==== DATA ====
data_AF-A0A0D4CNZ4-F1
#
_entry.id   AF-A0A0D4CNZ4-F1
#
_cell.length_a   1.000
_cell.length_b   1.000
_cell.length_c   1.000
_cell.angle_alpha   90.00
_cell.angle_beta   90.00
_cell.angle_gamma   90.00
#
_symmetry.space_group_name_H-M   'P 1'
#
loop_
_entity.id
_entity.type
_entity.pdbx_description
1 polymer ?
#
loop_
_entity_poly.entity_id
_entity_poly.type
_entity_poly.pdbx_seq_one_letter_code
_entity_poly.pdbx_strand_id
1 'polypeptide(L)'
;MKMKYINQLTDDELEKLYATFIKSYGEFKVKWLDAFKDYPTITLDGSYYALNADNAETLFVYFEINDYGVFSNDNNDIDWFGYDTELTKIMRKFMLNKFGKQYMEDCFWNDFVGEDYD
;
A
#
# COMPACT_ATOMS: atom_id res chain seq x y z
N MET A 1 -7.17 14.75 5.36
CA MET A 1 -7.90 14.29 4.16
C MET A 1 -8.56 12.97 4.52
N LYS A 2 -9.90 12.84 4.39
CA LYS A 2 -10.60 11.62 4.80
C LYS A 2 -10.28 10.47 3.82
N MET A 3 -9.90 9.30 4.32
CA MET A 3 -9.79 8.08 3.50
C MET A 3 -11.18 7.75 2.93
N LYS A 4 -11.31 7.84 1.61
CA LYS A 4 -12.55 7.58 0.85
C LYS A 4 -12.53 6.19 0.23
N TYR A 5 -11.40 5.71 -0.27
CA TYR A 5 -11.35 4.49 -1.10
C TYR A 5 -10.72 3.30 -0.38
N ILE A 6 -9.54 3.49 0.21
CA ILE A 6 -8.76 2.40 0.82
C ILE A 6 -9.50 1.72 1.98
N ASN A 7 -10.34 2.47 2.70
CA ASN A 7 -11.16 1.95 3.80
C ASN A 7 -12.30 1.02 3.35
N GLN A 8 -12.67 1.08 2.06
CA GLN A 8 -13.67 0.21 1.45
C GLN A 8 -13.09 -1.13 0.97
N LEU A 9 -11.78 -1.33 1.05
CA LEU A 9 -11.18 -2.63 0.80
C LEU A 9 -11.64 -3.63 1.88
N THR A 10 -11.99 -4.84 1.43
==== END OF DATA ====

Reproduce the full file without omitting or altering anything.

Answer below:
data_AF-A0A0D4CNZ4-F1
#
_entry.id   AF-A0A0D4CNZ4-F1
#
_cell.length_a   1.000
_cell.length_b   1.000
_cell.length_c   1.000
_cell.angle_alpha   90.00
_cell.angle_beta   90.00
_cell.angle_gamma   90.00
#
_symmetry.space_group_name_H-M   'P 1'
#
loop_
_entity.id
_entity.type
_entity.pdbx_description
1 polymer ?
#
loop_
_entity_poly.entity_id
_entity_poly.type
_entity_poly.pdbx_seq_one_letter_code
_entity_poly.pdbx_strand_id
1 'polypeptide(L)'
;MKMKYINQLTDDELEKLYATFIKSYGEFKVKWLDAFKDYPTITLDGSYYALNADNAETLFVYFEINDYGVFSNDNNDIDWFGYDTELTKIMRKFMLNKFGKQYMEDCFWNDFVGEDYD
;
A
#
# COMPACT_ATOMS: atom_id res chain seq x y z
N MET A 1 -7.17 14.75 5.36
CA MET A 1 -7.90 14.29 4.16
C MET A 1 -8.56 12.97 4.52
N LYS A 2 -9.90 12.84 4.39
CA LYS A 2 -10.60 11.62 4.80
C LYS A 2 -10.28 10.47 3.82
N MET A 3 -9.90 9.30 4.32
CA MET A 3 -9.79 8.08 3.50
C MET A 3 -11.18 7.75 2.93
N LYS A 4 -11.31 7.84 1.61
CA LYS A 4 -12.55 7.58 0.85
C LYS A 4 -12.53 6.19 0.23
N TYR A 5 -11.40 5.71 -0.27
CA TYR A 5 -11.35 4.49 -1.10
C TYR A 5 -10.72 3.30 -0.38
N ILE A 6 -9.54 3.49 0.21
CA ILE A 6 -8.76 2.40 0.82
C ILE A 6 -9.50 1.72 1.98
N ASN A 7 -10.34 2.47 2.70
CA ASN A 7 -11.16 1.95 3.80
C ASN A 7 -12.30 1.02 3.35
N GLN A 8 -12.67 1.08 2.06
CA GLN A 8 -13.67 0.21 1.45
C GLN A 8 -13.09 -1.13 0.97
N LEU A 9 -11.78 -1.33 1.05
CA LEU A 9 -11.18 -2.63 0.80
C LEU A 9 -11.64 -3.63 1.88
N THR A 10 -11.99 -4.84 1.43